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Murderous Philadelphia Mob boss dies in prison

Nicodemo “Little Nicky” Scarfo was 87

Scarfo testifies at a Congressional subcommittee in Philadelphia, 1982.

By Jeff Burbank

When a federal judge in Philadelphia sentenced him to 55 years in prison on murder and racketeering charges in May 1989, Nicodemo “Little Nicky” Scarfo just shrugged. Just two weeks earlier, Scarfo, one-time boss of the Philadelphia-South Jersey Mafia, had been sentenced with seven others to life in prison for the 1985 slaying of bookmaker Frank “Frankie Flowers” D’Alfonso.

To go with that, he was also serving a 14-year stretch he got in 1988 for extorting a developer to pay a $1 million bribe to a Philadelphia city councilman, who was to give a share of it to Scarfo.

Scarfo’s life sentence in prison ended Friday, January 13, when he died, reportedly of cancer, at the Federal Medical Center in North Carolina. He was 87.

While Scarfo lost most of ’em in court, he did win a few. In May 1988, he was found innocent with eight other defendants in the 1984 murder of Salvatore Testa, the son of Scarfo’s former boss, Philip “Chicken Man” Testa.

Oscar Goodman, the former mayor of Las Vegas and prominent defense lawyer for accused organized crime figures starting in the late 1960s, defended reputed Scarfo underboss Phillip “Crazy” Leonetti in three trials in Philadelphia in the late 1980s, sitting in federal court beside Scarfo and Scarfo’s attorney, Robert Simone.

“He [Scarfo] was always very nice,” Goodman said this week, noting that Scarfo had arranged for his son, Nicodemo Scarfo Jr., to show Goodman’s mother around Philadelphia and escort her to court. “They said he was a vicious killer, yet they were never able to convict him of these killings for years.”

After Scarfo and his nephew Leonetti beat the Testa murder charges, Goodman said he tried to make good on a bet he made – if they won, he would jump naked into the fountains outside the Four Seasons Hotel in Philadelphia. He made it to the fountains dressed only in a bathrobe, but police on the scene said he faced arrest if he took it off, so he kept it on and partied inside the hotel.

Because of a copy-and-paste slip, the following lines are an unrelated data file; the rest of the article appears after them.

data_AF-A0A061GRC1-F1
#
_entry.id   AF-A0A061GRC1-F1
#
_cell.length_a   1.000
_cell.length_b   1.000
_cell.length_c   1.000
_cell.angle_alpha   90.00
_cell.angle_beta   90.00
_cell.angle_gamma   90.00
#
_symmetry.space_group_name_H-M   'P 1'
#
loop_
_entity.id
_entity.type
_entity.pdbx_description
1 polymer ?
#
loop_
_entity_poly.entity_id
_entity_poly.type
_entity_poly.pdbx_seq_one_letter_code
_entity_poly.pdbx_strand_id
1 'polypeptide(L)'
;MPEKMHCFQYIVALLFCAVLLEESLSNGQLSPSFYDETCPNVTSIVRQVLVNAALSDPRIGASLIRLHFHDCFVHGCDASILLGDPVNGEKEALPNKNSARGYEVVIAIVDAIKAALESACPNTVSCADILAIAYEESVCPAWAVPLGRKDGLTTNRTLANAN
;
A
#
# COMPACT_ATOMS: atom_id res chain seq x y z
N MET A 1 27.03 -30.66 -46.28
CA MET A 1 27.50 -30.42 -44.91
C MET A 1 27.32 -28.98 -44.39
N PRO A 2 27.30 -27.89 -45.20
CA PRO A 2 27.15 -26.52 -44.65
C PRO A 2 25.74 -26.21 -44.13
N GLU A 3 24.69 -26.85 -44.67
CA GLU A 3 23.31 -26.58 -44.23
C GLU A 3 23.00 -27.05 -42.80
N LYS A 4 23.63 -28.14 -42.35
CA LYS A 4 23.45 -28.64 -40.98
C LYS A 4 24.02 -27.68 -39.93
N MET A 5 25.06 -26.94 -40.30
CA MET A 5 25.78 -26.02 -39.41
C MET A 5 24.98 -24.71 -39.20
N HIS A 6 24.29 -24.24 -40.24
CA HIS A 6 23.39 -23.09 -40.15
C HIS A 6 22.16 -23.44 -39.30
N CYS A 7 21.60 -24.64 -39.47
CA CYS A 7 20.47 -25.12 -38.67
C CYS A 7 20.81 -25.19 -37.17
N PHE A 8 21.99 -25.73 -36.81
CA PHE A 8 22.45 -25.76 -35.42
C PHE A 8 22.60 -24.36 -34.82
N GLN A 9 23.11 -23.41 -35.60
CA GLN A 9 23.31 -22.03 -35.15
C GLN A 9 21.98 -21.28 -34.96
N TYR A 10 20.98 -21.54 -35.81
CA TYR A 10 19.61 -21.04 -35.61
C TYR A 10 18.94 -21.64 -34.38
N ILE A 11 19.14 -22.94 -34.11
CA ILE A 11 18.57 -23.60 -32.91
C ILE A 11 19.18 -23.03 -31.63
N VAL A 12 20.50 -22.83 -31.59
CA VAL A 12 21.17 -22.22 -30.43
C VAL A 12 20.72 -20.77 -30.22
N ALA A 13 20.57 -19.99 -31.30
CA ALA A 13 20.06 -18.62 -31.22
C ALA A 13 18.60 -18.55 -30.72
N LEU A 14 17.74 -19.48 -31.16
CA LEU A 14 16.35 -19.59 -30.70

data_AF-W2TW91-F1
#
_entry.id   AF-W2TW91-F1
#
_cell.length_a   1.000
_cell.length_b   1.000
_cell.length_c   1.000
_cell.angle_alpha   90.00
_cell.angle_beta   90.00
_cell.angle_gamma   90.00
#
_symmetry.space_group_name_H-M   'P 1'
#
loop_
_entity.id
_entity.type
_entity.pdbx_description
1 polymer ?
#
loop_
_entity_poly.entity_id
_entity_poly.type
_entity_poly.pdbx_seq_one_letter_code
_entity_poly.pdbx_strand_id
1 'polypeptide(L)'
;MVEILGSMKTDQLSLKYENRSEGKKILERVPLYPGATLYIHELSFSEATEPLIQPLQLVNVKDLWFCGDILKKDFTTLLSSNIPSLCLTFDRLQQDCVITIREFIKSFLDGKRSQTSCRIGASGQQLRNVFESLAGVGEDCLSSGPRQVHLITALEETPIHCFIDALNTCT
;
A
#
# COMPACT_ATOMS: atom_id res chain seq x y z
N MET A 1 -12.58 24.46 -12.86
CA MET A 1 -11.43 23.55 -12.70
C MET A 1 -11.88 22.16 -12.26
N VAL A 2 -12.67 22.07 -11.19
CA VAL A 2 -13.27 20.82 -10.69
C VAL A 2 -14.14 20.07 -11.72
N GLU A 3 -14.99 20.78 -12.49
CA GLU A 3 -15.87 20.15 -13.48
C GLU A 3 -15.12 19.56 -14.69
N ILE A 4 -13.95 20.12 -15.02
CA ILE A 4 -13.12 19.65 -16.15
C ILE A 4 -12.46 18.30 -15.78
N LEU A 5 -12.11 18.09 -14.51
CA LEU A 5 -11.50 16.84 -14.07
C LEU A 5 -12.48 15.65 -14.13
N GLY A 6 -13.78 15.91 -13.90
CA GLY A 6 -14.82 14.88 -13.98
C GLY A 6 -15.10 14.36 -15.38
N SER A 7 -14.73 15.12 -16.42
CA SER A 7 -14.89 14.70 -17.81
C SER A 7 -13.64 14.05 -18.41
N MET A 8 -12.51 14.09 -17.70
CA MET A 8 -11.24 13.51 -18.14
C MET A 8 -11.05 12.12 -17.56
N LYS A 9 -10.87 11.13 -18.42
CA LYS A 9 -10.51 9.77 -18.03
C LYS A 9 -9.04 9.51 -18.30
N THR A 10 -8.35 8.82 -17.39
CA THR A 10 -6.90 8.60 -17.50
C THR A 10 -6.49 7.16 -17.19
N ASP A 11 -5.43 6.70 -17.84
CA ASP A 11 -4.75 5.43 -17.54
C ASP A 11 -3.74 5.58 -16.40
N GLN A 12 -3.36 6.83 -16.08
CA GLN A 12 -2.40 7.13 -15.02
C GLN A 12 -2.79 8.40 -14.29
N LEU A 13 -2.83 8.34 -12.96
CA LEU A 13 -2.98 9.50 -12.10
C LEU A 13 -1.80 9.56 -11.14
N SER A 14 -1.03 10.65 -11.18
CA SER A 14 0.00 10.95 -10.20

A reporter for the Philadelphia Daily News watched inside the Four Seasons as about 75 partiers, many of them Scarfo’s relatives and friends, celebrated loudly drinking from $160 bottles of champagne and $1,200 bottles of Louis XIII cognac, racking up a $10,000 tab the afternoon of the jury’s verdict.

But less than a year later, in 1989, Scarfo would get the life sentence.Nicky Scarfo-source unknown

Scarfo headed the Philadelphia-South Jersey Mob starting in 1981, and his ensuing war with rivals would result in more than 20 deaths in the early ’80s.

When he and 16 others in the Scarfo gang were convicted in November 1988 in a racketeering conspiracy involving 13 murders, jurors found Scarfo guilty of directly participating in eight of the slayings, as well as loansharking, bookmaking, drug dealing and 17 cases of extortion. A U.S. prosecutor described Scarfo as “a remorseless and profoundly evil man” who “became one of the most powerful criminals in the United States.”

Scarfo grew up in South Philadelphia, working as a newsboy at a train station and later, though small in stature (5 feet 5, hence his nickname), trained as an amateur boxer. As a young adult, bookmaking served as his entry to Philly’s underworld.